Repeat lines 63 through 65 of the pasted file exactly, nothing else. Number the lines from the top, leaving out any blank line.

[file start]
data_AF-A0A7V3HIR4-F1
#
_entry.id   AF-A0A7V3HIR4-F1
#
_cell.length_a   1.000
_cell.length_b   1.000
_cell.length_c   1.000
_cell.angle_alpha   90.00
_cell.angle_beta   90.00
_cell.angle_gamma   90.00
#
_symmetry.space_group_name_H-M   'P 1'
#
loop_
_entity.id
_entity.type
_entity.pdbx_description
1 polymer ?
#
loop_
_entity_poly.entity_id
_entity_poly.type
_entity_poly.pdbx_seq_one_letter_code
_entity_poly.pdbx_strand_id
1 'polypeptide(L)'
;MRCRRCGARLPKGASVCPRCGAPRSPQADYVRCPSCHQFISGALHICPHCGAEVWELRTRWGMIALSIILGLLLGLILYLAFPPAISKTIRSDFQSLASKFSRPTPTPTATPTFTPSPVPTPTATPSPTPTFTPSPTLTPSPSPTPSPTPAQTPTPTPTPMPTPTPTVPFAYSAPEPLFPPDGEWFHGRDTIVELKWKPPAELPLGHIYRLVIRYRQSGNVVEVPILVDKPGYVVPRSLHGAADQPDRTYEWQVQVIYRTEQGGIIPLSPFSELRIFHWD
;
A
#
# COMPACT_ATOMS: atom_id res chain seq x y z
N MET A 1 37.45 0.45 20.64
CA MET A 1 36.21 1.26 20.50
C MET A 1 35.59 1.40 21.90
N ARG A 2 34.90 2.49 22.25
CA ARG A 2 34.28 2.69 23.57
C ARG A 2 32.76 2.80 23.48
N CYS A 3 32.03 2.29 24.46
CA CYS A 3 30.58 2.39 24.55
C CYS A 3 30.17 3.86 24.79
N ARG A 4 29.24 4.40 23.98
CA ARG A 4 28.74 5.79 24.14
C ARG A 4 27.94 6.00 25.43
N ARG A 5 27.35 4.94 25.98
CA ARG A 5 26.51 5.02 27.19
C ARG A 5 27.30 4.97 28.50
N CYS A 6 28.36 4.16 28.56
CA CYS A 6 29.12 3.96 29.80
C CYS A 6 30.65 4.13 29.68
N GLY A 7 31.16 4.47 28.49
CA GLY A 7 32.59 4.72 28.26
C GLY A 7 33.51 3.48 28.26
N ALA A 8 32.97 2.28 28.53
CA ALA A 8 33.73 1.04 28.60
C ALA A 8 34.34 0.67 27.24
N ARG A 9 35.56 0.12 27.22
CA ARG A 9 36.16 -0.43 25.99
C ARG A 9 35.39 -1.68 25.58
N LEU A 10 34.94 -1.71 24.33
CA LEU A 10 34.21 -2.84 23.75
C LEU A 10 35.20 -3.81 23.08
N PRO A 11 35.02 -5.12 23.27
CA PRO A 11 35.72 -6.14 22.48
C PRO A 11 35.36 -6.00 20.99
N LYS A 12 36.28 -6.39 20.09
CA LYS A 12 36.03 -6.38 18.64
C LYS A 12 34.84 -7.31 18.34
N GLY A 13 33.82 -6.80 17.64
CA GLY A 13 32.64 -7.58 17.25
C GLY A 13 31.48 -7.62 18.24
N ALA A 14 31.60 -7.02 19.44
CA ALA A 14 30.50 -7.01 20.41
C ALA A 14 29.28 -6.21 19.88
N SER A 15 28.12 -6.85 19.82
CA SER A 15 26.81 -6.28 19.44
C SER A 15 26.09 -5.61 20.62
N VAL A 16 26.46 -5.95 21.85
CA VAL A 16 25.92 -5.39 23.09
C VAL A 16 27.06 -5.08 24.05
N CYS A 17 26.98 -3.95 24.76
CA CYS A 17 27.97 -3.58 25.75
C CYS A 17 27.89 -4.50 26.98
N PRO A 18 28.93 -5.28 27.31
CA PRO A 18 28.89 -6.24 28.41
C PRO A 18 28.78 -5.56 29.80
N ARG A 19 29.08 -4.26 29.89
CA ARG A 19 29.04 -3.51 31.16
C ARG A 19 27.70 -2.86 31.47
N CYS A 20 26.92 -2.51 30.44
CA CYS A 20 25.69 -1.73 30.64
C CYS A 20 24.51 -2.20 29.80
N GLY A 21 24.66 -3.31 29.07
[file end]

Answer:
C PRO A 11 35.36 -6.00 20.99
N LYS A 12 36.28 -6.39 20.09
CA LYS A 12 36.03 -6.38 18.64